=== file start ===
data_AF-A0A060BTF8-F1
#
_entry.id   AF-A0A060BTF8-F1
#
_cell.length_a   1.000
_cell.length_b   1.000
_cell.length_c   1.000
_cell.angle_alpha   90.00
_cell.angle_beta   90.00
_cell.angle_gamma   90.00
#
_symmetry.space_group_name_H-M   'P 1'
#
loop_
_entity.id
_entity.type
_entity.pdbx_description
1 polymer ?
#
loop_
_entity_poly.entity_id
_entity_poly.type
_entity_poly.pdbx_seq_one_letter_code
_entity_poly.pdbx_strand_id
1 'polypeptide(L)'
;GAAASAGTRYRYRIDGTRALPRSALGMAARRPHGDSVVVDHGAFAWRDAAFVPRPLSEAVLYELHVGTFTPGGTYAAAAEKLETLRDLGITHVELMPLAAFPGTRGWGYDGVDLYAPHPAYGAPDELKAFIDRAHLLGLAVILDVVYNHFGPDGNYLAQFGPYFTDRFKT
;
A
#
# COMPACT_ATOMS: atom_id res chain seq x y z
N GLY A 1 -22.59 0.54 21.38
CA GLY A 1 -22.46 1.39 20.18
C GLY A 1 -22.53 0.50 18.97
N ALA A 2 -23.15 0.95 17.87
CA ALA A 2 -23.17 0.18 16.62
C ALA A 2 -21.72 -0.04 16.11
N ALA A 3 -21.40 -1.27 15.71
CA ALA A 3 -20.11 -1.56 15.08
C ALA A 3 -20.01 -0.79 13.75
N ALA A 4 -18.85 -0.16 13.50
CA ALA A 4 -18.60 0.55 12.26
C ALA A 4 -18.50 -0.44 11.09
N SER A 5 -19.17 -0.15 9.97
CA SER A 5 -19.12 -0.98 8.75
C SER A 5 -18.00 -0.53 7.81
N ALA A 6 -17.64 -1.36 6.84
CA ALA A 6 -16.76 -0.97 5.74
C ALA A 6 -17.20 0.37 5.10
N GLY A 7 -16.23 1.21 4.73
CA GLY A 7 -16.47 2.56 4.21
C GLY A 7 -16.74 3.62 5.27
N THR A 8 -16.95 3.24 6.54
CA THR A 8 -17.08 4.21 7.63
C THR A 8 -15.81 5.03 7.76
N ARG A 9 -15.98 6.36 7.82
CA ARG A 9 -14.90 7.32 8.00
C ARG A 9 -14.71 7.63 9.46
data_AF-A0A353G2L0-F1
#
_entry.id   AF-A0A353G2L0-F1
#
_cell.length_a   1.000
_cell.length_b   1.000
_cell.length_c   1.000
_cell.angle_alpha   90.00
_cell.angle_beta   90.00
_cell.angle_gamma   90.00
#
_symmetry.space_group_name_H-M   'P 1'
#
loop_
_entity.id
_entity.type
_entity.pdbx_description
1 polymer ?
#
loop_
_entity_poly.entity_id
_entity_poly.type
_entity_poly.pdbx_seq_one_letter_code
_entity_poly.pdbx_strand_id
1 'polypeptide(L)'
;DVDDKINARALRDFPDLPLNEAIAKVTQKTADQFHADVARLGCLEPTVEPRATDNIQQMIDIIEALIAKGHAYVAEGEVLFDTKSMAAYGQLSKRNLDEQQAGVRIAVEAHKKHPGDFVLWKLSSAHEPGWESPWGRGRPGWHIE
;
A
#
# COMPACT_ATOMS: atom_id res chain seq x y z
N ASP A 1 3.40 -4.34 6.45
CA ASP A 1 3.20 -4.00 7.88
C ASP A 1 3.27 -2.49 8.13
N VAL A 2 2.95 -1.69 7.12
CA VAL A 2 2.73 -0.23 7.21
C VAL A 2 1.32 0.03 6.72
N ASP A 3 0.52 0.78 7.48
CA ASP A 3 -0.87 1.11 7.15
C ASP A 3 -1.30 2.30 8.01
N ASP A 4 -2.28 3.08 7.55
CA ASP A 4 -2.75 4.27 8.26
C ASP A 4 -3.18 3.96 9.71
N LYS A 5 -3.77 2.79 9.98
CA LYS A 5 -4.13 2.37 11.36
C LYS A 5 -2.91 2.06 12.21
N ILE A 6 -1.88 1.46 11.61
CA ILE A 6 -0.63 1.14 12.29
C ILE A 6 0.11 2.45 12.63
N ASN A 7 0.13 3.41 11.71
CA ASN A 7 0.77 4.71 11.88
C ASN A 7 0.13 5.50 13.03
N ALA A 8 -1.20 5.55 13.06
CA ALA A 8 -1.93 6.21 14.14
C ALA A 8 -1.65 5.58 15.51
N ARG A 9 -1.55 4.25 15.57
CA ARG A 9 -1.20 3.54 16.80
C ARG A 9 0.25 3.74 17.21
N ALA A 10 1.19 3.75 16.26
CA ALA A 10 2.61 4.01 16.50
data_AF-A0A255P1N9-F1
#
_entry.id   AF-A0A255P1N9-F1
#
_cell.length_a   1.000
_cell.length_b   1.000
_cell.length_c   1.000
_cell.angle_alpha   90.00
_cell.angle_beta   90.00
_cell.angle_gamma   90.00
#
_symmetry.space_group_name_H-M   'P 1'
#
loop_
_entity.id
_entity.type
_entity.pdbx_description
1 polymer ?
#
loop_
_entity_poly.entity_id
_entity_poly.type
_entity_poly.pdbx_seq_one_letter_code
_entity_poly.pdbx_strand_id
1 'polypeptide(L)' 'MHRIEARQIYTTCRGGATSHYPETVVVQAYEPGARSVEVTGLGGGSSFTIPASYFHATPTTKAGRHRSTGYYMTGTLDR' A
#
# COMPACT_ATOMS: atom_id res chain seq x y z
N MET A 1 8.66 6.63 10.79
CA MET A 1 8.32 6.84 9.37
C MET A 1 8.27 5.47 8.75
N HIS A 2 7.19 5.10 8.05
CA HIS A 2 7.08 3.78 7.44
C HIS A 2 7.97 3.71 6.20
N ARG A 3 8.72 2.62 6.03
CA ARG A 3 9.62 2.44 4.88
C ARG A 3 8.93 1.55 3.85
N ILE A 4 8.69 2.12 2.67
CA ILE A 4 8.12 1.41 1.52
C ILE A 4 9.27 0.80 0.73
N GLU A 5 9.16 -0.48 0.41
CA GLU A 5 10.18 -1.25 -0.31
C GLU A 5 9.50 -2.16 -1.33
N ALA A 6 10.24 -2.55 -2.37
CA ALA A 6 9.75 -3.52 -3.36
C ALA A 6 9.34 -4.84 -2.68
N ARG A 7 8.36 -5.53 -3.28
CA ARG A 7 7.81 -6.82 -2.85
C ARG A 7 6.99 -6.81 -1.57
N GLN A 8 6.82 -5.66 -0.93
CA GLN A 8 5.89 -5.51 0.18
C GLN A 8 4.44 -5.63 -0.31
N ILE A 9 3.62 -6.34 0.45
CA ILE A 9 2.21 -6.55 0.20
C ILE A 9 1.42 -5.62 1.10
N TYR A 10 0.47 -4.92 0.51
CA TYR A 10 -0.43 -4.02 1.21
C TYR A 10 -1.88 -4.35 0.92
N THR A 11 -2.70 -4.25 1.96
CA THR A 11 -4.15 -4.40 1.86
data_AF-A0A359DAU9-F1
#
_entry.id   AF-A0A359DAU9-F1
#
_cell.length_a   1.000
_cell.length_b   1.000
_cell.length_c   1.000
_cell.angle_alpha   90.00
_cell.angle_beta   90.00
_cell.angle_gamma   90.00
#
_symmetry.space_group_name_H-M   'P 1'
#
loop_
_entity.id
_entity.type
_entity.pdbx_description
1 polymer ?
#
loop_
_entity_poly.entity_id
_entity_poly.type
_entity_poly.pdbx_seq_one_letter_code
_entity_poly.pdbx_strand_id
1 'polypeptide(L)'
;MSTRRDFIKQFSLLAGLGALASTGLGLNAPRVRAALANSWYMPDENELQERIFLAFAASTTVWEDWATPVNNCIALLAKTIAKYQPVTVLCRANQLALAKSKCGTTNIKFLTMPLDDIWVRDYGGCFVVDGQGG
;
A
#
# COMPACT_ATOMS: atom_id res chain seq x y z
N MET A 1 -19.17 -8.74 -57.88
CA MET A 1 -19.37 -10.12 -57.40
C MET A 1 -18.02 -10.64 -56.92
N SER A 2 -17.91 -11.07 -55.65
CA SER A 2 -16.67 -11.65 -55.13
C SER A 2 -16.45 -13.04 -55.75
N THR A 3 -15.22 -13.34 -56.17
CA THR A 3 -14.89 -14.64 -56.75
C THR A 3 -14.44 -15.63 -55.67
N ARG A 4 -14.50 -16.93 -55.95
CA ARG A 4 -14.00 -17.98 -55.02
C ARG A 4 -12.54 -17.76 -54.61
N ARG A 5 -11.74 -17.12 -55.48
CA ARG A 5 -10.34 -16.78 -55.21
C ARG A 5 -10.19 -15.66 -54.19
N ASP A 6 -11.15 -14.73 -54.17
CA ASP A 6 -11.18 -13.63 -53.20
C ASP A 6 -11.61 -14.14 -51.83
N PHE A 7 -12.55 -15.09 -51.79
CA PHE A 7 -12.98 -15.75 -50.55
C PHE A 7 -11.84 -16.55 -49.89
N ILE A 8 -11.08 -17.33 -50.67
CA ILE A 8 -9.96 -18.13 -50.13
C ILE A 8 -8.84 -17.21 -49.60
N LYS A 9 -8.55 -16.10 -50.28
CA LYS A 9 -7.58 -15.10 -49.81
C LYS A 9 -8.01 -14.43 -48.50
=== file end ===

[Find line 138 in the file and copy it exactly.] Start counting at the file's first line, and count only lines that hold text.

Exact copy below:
_entity_poly.type